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Looking At Movies | UNIT FOUR | Chapter 9 | Sound
Terms in this set (29)
A state-of-the-art concept combining the crafts of editing and mixing, involving both theoretical and practical issues; represents advocacy for movie sound (to counter some people's tendency to favor the movie image; pioneered by Franics Ford Coppola and Walter Murch).
A separate recording tape occupied by one specific type of sound recorded for a movie (one track for vocals, one for sound effects, one for music, etc.).
The group that generates and controls a movie's sound physcially, manipulating its properties to produce the effects that the director desires.
A polelike machanical device for holding the microphone in the air, out of camera range, that can be moved in almost any direction
Also known as looping or dubbing. The replacing of dialogue, which can be done manually (that is, with the actors watching the footage, synchronizing their lips with it and rereading the lines) or through computerized automatic dialogue replacement (ADR).
The standard technique of recording film sound on a medium separate from the picture; this technique allows both for maximum quality control of the medium and for the many aspects of manipulating sound during postproduction editing, mixing, and synchronization.
Also known as rushes. Usually, synchronized picture/sound work prints of a day's shooting that can be studied by the director, editor, and other crew members before the next day's shooting begins.
The speed with which a sound is producted (the number of sound waves produced per second). The speed of sound remains fairly constant when it passes through air, but it varies in different media and in the same medium at different temperatures.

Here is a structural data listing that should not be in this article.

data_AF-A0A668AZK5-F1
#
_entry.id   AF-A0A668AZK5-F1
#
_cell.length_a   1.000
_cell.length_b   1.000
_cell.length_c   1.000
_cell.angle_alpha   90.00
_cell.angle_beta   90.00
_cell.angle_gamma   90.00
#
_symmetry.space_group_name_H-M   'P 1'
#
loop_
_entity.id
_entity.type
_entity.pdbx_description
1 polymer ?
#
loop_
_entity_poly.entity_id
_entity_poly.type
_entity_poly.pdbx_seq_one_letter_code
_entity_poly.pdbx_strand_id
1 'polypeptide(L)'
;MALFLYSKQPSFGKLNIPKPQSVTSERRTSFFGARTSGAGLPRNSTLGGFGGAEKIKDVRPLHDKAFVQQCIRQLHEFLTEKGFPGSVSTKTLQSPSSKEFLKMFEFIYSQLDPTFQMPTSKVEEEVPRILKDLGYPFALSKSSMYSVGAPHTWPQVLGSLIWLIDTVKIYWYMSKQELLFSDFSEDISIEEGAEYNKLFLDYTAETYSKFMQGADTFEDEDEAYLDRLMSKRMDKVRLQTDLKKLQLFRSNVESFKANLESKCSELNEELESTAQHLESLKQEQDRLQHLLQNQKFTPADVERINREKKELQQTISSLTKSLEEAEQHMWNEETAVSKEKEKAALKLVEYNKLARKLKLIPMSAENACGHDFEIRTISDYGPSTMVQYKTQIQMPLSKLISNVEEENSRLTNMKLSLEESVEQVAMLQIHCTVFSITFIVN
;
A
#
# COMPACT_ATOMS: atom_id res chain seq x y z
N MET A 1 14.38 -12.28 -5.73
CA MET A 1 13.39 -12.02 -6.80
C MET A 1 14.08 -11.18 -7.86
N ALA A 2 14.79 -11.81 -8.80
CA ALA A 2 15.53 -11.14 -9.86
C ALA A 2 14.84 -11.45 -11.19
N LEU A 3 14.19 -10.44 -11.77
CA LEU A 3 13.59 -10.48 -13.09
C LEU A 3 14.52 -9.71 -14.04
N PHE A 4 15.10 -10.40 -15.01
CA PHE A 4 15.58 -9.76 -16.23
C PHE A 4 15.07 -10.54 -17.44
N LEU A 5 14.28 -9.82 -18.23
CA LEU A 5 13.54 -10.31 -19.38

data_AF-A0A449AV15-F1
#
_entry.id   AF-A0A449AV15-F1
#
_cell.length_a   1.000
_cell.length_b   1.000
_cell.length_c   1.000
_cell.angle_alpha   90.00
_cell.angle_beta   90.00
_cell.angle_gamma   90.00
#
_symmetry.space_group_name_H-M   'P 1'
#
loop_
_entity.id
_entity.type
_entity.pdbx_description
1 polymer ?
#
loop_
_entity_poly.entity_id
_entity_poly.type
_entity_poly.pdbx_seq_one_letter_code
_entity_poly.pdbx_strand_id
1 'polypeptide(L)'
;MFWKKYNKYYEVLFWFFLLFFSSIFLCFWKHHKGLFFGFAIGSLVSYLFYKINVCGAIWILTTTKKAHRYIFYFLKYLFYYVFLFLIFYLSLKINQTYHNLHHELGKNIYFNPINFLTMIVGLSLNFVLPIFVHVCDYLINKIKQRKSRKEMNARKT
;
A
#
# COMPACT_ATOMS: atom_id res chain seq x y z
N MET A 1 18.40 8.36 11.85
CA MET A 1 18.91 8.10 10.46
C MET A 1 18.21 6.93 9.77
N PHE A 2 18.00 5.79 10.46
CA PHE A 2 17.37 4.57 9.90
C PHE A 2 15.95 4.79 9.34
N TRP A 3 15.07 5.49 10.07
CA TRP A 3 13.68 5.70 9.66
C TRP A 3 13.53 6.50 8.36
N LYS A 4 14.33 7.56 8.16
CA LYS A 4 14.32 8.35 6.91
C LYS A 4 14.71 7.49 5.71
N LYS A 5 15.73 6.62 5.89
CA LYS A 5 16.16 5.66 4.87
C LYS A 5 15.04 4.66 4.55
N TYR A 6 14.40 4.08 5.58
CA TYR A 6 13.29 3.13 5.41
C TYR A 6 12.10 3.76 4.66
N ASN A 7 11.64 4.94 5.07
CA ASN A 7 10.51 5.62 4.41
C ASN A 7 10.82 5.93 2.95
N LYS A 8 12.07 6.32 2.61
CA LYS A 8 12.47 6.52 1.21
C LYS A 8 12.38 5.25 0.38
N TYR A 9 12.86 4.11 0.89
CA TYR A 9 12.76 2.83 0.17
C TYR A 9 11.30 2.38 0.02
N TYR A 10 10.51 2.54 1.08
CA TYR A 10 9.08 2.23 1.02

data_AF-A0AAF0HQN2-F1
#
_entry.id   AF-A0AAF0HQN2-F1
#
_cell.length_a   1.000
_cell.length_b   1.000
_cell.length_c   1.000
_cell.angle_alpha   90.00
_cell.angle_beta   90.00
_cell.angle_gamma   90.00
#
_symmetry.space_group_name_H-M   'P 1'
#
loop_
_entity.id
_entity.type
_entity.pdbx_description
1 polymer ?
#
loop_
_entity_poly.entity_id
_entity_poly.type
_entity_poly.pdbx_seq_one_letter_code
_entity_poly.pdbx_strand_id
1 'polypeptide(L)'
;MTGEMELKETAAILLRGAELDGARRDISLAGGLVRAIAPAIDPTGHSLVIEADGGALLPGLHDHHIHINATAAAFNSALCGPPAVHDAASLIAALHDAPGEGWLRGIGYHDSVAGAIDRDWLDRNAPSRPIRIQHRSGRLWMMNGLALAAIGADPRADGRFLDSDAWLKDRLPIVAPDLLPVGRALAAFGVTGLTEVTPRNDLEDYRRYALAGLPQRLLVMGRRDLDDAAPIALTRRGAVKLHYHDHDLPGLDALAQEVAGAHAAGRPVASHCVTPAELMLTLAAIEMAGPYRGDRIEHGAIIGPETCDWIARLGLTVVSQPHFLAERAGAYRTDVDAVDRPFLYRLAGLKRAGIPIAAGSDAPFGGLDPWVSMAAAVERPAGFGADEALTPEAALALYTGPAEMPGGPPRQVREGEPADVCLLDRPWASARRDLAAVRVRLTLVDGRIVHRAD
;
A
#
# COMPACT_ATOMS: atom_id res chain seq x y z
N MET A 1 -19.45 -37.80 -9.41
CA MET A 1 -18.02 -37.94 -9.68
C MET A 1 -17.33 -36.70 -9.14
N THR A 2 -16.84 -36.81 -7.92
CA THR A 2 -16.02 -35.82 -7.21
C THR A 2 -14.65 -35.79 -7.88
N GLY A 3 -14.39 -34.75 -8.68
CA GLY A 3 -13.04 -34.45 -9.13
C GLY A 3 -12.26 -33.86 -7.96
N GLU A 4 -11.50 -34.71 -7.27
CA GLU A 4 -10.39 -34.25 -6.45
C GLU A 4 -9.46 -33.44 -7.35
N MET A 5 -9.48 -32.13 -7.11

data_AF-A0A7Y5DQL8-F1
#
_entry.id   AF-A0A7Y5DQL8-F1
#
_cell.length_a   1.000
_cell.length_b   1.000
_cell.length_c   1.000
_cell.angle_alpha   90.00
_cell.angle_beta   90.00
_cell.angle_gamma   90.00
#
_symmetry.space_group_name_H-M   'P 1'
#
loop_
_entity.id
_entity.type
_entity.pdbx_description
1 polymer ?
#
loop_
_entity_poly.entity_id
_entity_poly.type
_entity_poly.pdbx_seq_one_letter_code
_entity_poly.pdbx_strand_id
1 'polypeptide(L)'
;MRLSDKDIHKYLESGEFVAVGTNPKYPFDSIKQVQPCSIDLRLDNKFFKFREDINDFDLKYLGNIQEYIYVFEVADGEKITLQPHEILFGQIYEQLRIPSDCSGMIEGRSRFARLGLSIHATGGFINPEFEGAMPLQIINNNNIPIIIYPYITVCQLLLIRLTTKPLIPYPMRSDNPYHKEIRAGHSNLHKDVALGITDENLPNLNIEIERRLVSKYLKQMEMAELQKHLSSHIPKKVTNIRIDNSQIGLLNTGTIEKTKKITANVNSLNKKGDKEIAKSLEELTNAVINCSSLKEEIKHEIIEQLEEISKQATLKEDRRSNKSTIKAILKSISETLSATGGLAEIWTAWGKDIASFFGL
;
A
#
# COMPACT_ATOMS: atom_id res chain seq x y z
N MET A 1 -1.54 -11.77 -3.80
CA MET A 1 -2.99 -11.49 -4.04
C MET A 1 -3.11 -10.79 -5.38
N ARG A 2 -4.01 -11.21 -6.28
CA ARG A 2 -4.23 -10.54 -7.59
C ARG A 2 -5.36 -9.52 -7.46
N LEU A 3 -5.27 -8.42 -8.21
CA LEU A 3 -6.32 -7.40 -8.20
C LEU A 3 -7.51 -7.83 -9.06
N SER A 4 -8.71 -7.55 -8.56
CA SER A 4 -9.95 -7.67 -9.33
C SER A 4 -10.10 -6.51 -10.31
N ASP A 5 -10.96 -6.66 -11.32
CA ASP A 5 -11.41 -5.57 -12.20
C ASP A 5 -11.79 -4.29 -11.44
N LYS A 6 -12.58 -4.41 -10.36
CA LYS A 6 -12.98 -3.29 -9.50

The perceived "highness"or "lowness" of the sound.
The degree of motion of air (or other medium) within a sound wave. The greater the amplitude of the sound wave, the harder it strikes the eardrum, and thus the louder the sound.
The wavelengths that make up a sound.
Also known as timbre, texture, or color. The complexity of a sound, which is definted by its harmonic content; described as simple or complex; is the characteristic that distinguishes a sound from others of the same pitch and loudness.
The faithfulness or unfaithfulness of a sound to its source.
Sound whose source is visible on the screen or whose source is implied to be present by the action of the film:
- voices of characters
- sounds made by objects in the story
- music represented as coming from instruments in the story space ( = source music)
Diegetic sound is any sound presented as originated from source within the film's world.
Digetic sound can be either on screen or off screen depending on whatever its source is within the frame or outside the frame.
Another term for diegetic sound is actual sound.
Sound whose source is neither visible on the screen nor has been implied to be present in the action:
- narrator's commentary
- sound effects which is added for the dramatic effect
Non-diegetic sound is represented as coming from the a source outside story space.
The distinction between diegetic or non-diegetic sound depends on our understanding of the conventions of film viewing and listening.
We know of that certain sounds are represented as coming from the story world, while others are represented as coming from outside the space of the story events.